Directed by Alberto Mar. Voices of Jim Conroy, Ben Diskin, Melissa Disney, Chris Edgerly G cert, general release, 90 min
HOORAY! AFTER 50 long years, we, on this side of the Atlantic, are finally able to call Top Cat by his proper name.
In the 1970s, a generation of British and Irish children not versed in copyright lawwere confused by a show that, due to litigation from the makers of a popular cat food, was forced to call itself Boss Cat. We’re still smarting.
Though it’s nice to see the social climber back in action, there’s not much else to celebrate in this strange, fussy Spanish film. Created in not-so-glorious flash animation, it stays fairly true to the original series. There are glimpses of smart phones, but the gang of cats still live in an alley that seems stranded in a rough post-war ghetto of New York City.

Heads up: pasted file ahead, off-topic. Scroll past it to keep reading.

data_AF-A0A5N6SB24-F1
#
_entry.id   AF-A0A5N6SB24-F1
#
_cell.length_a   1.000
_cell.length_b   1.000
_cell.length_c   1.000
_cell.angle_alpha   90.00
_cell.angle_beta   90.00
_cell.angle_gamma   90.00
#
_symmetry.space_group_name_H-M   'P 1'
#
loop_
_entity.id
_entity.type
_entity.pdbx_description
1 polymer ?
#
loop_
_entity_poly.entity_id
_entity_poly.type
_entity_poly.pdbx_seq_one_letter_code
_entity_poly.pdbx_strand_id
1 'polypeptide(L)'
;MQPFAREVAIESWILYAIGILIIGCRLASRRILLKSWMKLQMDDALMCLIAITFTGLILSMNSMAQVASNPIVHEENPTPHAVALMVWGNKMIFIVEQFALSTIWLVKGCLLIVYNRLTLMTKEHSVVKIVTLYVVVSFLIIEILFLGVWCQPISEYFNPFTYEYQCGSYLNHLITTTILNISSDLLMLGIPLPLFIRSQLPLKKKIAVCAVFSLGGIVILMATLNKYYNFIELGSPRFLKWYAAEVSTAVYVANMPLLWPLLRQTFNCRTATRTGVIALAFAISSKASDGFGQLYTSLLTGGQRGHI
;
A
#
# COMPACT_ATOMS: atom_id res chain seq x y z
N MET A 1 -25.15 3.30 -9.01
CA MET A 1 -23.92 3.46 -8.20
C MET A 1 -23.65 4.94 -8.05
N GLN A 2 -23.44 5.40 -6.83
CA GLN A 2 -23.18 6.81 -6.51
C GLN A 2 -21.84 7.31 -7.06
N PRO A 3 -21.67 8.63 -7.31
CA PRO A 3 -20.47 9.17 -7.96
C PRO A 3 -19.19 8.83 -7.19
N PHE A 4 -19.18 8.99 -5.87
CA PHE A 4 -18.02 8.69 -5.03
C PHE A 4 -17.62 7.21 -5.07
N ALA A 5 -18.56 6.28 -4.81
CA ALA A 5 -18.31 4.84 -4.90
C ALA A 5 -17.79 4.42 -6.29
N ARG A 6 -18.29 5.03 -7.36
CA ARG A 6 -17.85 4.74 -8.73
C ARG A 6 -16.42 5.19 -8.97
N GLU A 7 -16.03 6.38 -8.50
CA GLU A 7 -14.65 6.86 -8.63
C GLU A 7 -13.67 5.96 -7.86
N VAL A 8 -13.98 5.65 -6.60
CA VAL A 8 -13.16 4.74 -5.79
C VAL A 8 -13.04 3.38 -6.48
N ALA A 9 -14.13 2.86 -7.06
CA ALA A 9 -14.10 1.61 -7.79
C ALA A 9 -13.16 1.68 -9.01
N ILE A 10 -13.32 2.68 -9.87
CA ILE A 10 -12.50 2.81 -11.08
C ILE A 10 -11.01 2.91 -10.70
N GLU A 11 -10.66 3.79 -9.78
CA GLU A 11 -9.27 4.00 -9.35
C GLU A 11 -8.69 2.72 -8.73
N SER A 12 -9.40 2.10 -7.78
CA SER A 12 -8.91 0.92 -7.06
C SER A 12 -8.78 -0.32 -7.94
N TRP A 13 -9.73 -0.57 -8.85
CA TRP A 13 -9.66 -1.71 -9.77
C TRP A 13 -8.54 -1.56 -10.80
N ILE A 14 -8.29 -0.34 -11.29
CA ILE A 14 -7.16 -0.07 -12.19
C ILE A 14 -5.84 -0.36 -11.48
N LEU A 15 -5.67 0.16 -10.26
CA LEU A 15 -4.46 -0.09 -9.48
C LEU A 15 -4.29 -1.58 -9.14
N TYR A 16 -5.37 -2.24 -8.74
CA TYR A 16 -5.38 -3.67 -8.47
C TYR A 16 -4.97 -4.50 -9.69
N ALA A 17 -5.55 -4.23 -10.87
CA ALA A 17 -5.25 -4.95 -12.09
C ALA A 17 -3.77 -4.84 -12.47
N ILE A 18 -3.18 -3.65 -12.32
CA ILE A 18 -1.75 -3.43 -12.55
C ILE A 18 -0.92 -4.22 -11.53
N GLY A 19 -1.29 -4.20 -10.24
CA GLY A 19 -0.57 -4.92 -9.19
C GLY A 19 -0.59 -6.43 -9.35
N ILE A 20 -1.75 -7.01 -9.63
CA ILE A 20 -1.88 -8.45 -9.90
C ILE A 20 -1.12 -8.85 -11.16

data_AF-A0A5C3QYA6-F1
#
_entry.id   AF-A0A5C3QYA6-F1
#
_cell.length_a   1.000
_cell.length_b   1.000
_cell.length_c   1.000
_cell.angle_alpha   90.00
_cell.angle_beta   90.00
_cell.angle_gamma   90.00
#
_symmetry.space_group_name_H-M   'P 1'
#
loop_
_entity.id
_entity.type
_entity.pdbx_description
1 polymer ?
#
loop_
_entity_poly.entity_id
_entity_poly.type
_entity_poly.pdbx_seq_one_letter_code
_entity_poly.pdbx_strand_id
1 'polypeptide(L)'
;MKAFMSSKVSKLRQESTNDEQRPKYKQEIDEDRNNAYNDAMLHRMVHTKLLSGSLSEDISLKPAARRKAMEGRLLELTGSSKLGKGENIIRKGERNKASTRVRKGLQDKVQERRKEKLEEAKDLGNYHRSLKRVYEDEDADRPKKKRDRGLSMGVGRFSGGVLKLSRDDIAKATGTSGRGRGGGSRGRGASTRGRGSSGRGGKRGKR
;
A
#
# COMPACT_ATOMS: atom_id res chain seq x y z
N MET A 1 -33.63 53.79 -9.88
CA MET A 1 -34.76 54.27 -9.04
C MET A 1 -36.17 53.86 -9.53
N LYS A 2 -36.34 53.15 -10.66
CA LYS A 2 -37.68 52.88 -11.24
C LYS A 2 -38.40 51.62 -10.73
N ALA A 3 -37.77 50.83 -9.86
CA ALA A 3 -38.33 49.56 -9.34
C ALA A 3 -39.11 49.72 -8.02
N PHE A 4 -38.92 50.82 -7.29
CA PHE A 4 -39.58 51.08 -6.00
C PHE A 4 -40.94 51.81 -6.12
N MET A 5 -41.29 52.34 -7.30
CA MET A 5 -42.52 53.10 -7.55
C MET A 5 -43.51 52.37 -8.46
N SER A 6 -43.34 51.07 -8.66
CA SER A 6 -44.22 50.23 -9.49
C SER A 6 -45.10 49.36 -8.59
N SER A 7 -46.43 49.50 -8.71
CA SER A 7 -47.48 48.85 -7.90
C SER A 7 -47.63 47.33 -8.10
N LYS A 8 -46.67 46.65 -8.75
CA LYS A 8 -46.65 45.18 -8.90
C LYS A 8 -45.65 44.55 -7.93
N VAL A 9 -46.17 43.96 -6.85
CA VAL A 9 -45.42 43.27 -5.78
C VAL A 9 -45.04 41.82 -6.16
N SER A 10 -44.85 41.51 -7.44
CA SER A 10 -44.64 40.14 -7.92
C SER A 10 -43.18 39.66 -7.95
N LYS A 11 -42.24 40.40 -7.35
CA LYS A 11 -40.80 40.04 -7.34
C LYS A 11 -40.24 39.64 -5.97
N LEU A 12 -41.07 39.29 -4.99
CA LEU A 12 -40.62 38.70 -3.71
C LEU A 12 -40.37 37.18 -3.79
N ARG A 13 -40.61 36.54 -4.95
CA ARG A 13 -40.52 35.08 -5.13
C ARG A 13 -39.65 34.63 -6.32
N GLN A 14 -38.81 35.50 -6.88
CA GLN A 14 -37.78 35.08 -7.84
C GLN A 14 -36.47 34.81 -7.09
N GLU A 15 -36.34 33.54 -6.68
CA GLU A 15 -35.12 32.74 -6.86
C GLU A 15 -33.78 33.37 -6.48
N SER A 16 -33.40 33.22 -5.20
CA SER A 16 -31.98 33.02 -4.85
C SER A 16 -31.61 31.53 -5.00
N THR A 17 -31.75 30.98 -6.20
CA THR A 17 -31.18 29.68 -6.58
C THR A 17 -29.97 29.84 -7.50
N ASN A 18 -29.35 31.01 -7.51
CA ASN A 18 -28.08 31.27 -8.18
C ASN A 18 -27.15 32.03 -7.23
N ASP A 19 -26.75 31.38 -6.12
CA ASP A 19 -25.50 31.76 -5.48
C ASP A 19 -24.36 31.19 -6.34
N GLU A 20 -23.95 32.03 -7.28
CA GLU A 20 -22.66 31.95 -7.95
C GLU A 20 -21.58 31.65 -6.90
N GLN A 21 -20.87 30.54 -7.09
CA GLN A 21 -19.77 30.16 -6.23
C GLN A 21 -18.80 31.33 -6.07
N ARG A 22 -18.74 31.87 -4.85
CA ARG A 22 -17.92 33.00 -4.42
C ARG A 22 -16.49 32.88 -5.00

The show’s origins as a variation on Bilko remain conspicuous. Griswold the dog is angry. Officer Dibble is constantly outwitted. Top Cat is charming. His intellectual close friends still get to call him “TC”.
The film is, however, dragged down by crummy visuals and an absurdly complicated plot. The writers of Chinatown offered fewer twists and turns. It’s got something to do with a concert by a top violinist and – much to Dibble’s regret – plans to police New York with an army of robots.
For all that, a few faint cheers should be raised in celebration of the decision not to monkey around with the original formula. Don Gato y su Pandilla (its original title) is cheap, clumsy and chaotic. But it seems to have been made by people who adore the source material. Messieurs Hanna and Barbera need not swivel too violently in their graves.